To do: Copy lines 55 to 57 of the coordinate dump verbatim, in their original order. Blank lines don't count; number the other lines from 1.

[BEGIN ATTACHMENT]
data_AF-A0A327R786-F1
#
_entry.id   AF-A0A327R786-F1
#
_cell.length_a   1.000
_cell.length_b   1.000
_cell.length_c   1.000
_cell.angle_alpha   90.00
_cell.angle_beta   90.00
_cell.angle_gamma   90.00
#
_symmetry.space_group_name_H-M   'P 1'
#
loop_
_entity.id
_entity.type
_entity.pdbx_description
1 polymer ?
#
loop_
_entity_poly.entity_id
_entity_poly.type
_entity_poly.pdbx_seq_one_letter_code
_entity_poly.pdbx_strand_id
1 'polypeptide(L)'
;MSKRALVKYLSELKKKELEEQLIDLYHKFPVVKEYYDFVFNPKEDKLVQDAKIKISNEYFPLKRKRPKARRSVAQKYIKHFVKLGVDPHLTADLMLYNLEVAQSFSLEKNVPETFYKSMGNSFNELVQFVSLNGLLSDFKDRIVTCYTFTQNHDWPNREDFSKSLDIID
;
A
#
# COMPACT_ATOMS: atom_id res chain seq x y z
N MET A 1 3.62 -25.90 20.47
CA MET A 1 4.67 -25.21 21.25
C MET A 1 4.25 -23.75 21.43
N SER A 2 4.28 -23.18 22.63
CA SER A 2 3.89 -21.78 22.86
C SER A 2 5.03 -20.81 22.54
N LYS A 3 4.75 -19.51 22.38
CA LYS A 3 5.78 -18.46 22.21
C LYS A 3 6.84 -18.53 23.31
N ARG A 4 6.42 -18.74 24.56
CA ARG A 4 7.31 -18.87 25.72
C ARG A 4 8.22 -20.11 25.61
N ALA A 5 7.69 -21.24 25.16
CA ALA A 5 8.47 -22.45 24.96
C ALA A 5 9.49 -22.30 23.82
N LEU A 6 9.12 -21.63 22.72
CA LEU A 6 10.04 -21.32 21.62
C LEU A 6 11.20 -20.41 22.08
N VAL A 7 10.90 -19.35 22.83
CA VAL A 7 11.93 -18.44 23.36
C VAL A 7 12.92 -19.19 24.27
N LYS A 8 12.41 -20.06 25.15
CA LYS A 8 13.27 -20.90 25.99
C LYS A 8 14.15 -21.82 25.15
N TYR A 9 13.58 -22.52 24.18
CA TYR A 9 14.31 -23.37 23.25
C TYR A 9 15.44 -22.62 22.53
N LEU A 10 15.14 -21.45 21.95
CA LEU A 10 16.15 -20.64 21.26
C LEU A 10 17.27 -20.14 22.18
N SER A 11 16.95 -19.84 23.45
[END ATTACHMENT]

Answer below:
N TYR A 9 13.58 -22.52 24.18
CA TYR A 9 14.31 -23.37 23.25
C TYR A 9 15.44 -22.62 22.53